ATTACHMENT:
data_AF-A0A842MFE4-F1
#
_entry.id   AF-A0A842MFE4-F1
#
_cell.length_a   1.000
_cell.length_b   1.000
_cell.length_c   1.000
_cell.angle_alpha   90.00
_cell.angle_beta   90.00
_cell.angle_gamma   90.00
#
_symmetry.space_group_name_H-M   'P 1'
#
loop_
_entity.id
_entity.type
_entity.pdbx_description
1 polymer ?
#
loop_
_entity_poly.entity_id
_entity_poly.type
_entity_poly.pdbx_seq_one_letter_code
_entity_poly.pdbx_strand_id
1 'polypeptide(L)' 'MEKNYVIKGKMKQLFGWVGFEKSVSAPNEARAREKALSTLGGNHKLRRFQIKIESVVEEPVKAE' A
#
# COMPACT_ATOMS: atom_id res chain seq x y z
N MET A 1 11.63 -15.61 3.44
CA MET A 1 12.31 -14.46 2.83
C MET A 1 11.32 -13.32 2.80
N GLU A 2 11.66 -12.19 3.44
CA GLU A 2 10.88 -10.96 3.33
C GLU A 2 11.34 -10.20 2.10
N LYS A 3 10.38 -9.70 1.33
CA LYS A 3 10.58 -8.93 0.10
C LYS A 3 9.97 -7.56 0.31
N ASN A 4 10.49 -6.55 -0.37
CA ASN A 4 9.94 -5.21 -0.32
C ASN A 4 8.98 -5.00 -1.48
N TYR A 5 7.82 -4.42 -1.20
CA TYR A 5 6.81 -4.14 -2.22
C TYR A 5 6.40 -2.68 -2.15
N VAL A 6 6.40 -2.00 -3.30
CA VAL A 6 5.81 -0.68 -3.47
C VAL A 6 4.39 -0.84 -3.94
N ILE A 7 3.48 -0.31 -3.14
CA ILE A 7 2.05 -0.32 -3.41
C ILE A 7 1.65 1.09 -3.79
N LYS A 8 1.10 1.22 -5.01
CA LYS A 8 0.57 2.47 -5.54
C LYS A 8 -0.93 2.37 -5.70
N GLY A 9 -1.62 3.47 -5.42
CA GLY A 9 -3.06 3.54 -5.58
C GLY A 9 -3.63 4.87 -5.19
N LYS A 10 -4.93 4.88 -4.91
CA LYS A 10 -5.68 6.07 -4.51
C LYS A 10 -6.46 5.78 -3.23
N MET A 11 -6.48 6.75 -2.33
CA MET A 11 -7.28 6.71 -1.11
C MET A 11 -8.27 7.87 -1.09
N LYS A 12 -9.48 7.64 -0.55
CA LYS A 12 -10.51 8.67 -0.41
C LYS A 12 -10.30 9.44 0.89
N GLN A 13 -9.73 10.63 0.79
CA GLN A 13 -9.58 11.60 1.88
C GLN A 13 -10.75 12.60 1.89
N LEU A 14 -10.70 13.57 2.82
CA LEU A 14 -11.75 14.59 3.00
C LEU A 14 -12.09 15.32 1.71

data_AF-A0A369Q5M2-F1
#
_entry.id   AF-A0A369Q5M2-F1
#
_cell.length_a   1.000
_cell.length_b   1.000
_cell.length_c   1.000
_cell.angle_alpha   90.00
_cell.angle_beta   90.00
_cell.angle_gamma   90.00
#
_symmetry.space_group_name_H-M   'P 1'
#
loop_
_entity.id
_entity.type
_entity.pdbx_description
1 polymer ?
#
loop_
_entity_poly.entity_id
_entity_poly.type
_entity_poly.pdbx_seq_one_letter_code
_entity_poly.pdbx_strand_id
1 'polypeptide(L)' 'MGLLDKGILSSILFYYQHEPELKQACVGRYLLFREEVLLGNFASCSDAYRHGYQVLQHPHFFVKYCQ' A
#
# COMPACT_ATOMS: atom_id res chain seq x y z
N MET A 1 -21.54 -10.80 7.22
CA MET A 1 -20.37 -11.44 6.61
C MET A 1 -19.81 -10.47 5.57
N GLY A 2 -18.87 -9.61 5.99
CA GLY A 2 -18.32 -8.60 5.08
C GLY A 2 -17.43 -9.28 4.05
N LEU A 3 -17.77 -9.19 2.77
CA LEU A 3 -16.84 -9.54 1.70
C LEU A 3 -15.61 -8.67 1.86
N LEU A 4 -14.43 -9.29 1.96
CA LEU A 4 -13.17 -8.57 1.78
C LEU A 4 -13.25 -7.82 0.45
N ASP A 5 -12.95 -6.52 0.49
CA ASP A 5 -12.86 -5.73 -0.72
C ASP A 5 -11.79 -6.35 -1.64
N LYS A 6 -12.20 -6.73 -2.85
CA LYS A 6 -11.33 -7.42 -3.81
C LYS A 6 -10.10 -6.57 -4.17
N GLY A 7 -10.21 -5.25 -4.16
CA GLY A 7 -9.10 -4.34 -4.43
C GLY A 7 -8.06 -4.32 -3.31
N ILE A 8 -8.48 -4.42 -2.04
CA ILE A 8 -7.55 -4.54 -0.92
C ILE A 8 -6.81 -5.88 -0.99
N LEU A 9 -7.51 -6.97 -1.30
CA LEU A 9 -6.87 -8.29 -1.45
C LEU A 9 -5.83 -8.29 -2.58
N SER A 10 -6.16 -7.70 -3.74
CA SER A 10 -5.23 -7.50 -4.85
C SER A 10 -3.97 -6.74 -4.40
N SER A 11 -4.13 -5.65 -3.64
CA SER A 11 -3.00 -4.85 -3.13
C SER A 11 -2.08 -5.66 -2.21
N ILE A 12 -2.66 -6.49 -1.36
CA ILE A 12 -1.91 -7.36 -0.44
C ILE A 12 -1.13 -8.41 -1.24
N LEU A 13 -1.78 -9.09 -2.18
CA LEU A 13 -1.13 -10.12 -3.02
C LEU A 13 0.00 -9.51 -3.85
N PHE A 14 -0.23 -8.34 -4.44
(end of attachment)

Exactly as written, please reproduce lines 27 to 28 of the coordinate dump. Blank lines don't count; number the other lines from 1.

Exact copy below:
# COMPACT_ATOMS: atom_id res chain seq x y z
N MET A 1 11.63 -15.61 3.44